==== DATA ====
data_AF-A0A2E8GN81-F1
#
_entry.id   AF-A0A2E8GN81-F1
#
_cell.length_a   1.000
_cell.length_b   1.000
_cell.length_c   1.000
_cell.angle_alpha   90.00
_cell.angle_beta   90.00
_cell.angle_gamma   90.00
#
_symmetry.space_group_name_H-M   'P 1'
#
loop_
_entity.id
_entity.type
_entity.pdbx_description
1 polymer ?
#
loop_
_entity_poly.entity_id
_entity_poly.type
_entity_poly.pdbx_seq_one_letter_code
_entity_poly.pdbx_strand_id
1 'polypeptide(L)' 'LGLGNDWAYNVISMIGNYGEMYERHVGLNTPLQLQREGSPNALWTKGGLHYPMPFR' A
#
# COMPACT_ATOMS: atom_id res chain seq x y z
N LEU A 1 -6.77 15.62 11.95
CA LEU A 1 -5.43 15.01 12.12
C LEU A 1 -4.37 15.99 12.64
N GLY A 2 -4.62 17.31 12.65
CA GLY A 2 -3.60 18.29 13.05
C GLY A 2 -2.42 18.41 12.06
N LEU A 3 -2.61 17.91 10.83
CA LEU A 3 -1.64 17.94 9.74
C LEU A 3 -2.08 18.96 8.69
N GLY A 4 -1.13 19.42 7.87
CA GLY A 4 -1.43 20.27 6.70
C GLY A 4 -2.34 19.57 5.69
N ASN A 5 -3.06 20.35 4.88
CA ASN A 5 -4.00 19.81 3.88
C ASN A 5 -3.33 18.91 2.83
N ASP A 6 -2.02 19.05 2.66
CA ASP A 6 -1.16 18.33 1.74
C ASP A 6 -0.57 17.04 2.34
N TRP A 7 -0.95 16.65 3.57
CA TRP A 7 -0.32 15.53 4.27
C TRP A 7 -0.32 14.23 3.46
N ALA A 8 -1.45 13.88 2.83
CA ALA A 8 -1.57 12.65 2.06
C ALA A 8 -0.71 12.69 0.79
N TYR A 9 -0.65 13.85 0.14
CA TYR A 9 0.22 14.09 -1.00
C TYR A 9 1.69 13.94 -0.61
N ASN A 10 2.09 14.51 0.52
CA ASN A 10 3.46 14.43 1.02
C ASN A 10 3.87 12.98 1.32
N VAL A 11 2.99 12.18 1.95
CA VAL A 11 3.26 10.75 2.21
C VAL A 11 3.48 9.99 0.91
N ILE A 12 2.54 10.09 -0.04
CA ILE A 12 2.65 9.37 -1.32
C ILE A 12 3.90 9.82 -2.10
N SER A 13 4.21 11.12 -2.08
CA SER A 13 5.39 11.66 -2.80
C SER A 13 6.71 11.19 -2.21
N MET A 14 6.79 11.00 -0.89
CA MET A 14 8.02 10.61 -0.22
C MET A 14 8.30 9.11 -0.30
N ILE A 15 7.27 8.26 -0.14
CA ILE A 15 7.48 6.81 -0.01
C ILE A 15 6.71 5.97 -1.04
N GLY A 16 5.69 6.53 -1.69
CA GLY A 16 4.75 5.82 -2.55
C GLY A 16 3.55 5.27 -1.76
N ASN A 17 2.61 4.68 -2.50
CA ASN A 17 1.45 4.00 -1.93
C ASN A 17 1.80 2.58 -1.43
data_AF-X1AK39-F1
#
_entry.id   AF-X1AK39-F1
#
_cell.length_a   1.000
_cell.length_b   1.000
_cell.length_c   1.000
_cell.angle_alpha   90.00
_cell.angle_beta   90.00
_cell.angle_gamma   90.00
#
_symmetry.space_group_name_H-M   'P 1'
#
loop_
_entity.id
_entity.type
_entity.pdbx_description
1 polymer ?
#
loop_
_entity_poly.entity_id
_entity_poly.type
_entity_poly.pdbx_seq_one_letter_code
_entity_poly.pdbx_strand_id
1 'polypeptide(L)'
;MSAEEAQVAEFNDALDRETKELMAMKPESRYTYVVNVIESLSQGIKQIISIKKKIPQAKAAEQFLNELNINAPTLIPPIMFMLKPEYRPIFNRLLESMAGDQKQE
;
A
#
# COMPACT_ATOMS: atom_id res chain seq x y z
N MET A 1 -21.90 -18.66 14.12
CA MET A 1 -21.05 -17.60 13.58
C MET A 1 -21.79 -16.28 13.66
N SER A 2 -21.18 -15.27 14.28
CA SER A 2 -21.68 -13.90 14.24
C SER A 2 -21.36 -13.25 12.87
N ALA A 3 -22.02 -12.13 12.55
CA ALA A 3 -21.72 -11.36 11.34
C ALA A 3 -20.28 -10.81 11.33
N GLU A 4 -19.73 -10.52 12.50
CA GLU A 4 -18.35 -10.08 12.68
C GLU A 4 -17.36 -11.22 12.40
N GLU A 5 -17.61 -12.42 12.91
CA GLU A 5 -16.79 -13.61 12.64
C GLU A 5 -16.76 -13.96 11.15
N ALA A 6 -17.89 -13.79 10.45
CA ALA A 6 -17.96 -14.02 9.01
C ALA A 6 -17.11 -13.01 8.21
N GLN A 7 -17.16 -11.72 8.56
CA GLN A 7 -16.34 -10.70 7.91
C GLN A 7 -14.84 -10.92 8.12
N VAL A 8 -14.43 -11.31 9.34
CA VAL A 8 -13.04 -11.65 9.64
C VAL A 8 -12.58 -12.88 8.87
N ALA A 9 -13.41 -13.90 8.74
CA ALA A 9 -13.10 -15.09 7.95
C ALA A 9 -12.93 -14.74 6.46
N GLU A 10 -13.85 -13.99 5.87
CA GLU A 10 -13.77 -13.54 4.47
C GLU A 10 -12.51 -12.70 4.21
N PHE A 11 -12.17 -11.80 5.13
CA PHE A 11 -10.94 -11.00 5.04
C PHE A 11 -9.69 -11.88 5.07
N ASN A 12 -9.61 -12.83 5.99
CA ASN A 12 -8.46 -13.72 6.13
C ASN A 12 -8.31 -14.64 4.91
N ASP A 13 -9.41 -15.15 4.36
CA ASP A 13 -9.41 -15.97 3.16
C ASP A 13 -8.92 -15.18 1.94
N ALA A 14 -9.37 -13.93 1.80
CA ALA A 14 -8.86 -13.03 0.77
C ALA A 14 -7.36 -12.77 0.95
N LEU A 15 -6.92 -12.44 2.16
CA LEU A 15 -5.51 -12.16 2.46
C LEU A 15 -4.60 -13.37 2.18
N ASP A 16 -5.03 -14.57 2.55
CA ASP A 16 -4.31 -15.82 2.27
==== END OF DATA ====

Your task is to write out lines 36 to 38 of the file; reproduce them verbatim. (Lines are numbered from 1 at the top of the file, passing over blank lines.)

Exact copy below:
C LEU A 3 -2.08 18.96 8.69
N GLY A 4 -1.13 19.42 7.87
CA GLY A 4 -1.43 20.27 6.70